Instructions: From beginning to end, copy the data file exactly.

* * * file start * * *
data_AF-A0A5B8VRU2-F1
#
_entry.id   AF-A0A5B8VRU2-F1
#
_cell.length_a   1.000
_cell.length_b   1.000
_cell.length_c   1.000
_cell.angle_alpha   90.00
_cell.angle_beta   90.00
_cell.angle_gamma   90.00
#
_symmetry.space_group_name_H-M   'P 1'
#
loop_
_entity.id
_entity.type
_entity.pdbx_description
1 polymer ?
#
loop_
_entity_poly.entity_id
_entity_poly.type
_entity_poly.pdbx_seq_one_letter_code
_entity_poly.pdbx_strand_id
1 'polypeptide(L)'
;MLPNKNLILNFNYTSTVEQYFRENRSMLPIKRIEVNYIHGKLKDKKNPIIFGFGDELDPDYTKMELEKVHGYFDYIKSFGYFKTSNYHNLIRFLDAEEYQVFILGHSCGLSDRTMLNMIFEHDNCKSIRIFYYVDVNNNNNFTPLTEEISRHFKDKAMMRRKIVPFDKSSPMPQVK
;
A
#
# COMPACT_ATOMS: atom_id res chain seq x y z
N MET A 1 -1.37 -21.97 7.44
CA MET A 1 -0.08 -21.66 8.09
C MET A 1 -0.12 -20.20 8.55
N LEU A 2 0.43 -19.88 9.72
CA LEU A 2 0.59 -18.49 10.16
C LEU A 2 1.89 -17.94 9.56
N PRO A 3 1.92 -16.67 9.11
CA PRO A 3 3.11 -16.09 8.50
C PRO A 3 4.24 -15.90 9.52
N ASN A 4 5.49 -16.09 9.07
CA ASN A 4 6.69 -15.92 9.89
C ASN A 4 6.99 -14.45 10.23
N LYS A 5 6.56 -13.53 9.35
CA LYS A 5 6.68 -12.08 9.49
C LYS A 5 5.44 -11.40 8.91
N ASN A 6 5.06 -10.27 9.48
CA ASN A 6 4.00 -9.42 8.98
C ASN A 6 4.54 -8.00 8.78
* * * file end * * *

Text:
data_AF-A0A5B8VRU2-F1
#
_entry.id   AF-A0A5B8VRU2-F1
#
_cell.length_a   1.000
_cell.length_b   1.000
_cell.length_c   1.000
_cell.angle_alpha   90.00
_cell.angle_beta   90.00
_cell.angle_gamma   90.00
#
_symmetry.space_group_name_H-M   'P 1'
#
loop_
_entity.id
_entity.type
_entity.pdbx_description
1 polymer ?
#
loop_
_entity_poly.entity_id
_entity_poly.type
_entity_poly.pdbx_seq_one_letter_code
_entity_poly.pdbx_strand_id
1 'polypeptide(L)'
;MLPNKNLILNFNYTSTVEQYFRENRSMLPIKRIEVNYIHGKLKDKKNPIIFGFGDELDPDYTKMELEKVHGYFDYIKSFGYFKTSNYHNLIRFLDAEEYQVFILGHSCGLSDRTMLNMIFEHDNCKSIRIFYYVDVNNNNNFTPLTEEISRHFKDKAMMRRKIVPFDKSSPMPQVK
;
A
#
# COMPACT_ATOMS: atom_id res chain seq x y z
N MET A 1 -1.37 -21.97 7.44
CA MET A 1 -0.08 -21.66 8.09
C MET A 1 -0.12 -20.20 8.55
N LEU A 2 0.43 -19.88 9.72
CA LEU A 2 0.59 -18.49 10.16
C LEU A 2 1.89 -17.94 9.56
N PRO A 3 1.92 -16.67 9.11
CA PRO A 3 3.11 -16.09 8.50
C PRO A 3 4.24 -15.90 9.52
N ASN A 4 5.49 -16.09 9.07
CA ASN A 4 6.69 -15.92 9.89
C ASN A 4 6.99 -14.45 10.23
N LYS A 5 6.56 -13.53 9.35
CA LYS A 5 6.68 -12.08 9.49
C LYS A 5 5.44 -11.40 8.91
N ASN A 6 5.06 -10.27 9.48
CA ASN A 6 4.00 -9.42 8.98
C ASN A 6 4.54 -8.00 8.78